Sunday, March 27, 2011

No Differences With RBI On New Bank Licence Norms: Pranab

Mumbai : Finance Minister Pranab Mukherjee today termed as “conjectures and media speculations” the reported differences between him and the Reserve Bank of India on capping FDI at 49 per cent in new commercial banks, the licences for which are likely to be issued soon.  “These are all conjectures. There is no question of happiness or unhappiness. We have just received the draft guidelines from the RBI and it is being examined. These are the two wings of the government; we work together and do not indulge in these kinds of speculations,” Mukherjee said as he rubbished his reported differences with the central bank on the draft proposals.

The Finance Minister was interacting with the media after addressing a post-budget meet organised by the Assocham.  The norms seek a cap on foreign direct investment in new private sector banks at 49 per cent.

Earlier in the day, Mukherjee said: “We are studying the Reserve Bank’s final draft proposals (on new private bank licences). We would take a call on it soon.”  He was said on the sidelines of Sir Sorabji Pochkhanawala (founder of Central Bank of India) Memorial Lecture 2011 as part of the bank’s centenary year celebrations here.  There were reports in a section of the media that the Finance Ministry was opposed to the RBI suggestion to restrict FDI in new banks to 49 per cent as the change in norms would hurt investor sentiment. The Ministry reportedly asked RBI to reconsider the same.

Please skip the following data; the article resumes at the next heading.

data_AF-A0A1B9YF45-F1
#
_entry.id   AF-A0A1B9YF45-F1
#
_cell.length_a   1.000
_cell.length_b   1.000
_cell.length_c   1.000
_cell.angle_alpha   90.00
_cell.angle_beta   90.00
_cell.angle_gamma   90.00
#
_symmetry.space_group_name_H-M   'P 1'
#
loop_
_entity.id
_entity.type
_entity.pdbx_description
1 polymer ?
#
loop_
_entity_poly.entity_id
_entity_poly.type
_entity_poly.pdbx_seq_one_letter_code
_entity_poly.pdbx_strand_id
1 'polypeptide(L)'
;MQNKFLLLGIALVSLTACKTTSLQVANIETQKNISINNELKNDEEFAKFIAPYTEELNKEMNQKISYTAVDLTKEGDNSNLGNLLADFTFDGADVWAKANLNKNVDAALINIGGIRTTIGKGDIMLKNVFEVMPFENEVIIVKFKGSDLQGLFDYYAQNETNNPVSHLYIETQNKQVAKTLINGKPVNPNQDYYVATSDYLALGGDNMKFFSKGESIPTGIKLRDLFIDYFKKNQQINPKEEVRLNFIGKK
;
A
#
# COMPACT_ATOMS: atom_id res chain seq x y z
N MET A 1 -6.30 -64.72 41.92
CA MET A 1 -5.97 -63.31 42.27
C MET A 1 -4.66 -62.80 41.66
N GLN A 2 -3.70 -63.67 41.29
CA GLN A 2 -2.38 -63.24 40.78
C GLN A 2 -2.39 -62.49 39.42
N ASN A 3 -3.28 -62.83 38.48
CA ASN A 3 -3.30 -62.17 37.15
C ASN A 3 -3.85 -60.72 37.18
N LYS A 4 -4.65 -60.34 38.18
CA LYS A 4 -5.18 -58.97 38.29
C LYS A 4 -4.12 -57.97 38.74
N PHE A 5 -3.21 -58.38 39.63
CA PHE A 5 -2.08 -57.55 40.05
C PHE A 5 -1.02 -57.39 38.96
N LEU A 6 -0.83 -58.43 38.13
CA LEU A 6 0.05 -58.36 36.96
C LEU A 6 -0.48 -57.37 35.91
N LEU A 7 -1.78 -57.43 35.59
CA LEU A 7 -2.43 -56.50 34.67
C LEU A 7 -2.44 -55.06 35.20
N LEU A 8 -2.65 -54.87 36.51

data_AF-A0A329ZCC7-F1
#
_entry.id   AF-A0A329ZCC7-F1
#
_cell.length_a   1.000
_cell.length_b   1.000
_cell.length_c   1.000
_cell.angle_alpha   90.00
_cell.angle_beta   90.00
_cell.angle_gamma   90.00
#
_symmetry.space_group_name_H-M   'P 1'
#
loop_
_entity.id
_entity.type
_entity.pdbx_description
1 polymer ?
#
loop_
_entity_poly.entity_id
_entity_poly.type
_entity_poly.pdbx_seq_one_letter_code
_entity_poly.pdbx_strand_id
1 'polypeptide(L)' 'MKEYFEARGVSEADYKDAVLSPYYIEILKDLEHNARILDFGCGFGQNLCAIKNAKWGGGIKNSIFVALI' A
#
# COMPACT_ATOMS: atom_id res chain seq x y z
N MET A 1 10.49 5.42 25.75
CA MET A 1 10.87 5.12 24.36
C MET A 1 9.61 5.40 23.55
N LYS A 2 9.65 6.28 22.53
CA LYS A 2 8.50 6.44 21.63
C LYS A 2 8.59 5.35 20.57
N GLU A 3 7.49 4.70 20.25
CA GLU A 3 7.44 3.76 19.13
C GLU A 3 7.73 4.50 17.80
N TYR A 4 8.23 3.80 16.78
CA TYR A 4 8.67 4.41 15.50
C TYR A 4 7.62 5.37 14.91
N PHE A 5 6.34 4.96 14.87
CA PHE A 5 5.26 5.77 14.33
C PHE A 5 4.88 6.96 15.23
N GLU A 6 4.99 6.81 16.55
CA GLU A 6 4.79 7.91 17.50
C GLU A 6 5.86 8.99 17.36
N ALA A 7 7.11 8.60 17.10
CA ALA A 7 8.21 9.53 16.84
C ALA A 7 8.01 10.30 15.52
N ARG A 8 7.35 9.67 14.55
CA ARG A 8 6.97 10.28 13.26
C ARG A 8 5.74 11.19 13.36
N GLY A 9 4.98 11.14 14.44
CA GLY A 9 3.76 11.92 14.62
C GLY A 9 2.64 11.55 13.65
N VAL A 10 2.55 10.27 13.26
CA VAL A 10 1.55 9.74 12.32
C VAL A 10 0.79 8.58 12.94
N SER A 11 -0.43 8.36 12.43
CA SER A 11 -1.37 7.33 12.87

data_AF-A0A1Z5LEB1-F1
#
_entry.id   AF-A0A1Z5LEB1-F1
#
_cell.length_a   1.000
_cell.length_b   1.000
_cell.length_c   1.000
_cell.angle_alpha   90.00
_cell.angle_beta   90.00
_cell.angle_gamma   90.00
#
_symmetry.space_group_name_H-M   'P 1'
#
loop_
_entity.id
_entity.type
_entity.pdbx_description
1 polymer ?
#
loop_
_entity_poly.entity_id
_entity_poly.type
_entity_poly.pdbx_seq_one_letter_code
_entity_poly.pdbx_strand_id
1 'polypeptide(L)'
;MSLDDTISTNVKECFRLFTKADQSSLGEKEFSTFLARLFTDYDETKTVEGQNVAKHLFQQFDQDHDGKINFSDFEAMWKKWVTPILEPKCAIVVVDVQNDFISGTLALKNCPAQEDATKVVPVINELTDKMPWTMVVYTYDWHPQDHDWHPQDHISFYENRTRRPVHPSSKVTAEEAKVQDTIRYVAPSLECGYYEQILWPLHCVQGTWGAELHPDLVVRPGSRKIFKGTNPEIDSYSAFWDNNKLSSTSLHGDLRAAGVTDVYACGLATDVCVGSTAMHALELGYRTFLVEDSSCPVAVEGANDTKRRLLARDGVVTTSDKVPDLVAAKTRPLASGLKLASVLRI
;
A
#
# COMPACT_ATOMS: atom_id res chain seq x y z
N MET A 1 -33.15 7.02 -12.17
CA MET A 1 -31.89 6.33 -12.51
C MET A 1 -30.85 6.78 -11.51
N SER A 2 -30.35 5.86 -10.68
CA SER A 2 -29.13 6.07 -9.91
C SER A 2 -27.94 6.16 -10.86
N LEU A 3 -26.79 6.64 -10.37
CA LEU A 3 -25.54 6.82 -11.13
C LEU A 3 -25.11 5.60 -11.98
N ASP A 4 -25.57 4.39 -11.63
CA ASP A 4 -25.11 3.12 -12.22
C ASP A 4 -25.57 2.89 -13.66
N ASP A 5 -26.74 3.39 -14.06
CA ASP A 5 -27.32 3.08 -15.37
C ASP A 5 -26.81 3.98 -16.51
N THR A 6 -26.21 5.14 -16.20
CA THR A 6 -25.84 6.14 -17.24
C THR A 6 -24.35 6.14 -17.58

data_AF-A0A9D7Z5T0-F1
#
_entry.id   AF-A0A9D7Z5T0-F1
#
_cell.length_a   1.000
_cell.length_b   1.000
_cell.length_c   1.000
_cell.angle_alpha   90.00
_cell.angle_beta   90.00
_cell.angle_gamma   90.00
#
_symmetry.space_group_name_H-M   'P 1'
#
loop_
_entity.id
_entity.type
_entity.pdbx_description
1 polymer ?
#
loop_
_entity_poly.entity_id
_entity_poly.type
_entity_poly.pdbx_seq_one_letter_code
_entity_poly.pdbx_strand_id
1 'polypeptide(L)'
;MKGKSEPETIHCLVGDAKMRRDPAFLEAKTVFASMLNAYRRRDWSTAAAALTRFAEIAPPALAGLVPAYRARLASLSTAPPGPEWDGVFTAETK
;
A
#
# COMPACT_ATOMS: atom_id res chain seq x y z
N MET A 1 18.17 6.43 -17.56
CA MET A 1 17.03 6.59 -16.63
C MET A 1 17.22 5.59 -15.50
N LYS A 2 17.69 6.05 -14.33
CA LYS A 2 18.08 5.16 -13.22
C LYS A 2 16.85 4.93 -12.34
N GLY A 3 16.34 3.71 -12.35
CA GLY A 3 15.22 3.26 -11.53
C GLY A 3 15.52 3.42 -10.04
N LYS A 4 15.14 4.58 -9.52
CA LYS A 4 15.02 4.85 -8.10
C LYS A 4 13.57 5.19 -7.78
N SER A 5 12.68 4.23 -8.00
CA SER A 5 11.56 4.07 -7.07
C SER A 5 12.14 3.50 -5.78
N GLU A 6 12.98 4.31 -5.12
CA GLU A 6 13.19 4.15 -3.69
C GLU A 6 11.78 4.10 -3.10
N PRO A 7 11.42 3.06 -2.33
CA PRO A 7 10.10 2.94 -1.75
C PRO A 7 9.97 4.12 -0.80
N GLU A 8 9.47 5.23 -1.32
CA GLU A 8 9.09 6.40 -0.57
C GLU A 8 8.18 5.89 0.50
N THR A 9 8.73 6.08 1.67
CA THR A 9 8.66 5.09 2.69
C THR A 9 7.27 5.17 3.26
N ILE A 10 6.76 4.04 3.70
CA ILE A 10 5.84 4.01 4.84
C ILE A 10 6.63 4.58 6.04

The move will help the government and the RBI to discourage flow of hot money, which has crossed over USD 60 billion this fiscal, in the country.

The ministry has also reportedly asked the RBI to ensure the guidelines clearly say that the new banks would be exempted from Press Notes 2, 3 and 4. Without such exemptions, these banks would become foreign banks if overseas investment in them crosses 50 per cent, which in turn would lead to imposition of the same restrictions on them that apply on foreign companies.

Already the country’s largest two private sector banks—ICICI and HDFC’s nationality is under cloud as over 50 per cent of their stake are owned by FIIs.  Earlier this month, the RBI had submitted its final draft proposal on new private bank licences to the finance ministry in which it called for a holding company structure for promoters of new banks besides capping the FDI at 49 percent.

According to the proposal, the proposed holding company will own the bank. The guidelines in the draft proposal are not final but provide a clue to the thinking of the RBI on the matter. The norms governing new banks will be made public once the finance ministry responds.  The RBI suggested that the exposure of the bank to any entity in the promoter group shall not exceed 10 percent and the aggregate exposure to all the entities in the group shall not exceed 20 percent of the paid-up capital and reserves of the bank.

The central bank also wants the new banks to have a minimum capital Rs 500 crore and that they should be listed within two years.

The FDI hike in banking sector was first suggested by the NK Singh panel but the finance ministry and RBI had added a slew of stringent conditions to prevent ownership of banks going into ‘wrong’ hands.

A number of conglomerates such as the Tatas, the Aditya Birla group and Mahindra & Mahindra, L&F among others are keenly awaiting final guidelines, which are likely to be released by the end of this month. PTI


Post a Comment

Design by Free WordPress Themes | Bloggerized by Lasantha - Premium Blogger Themes | Grocery Coupons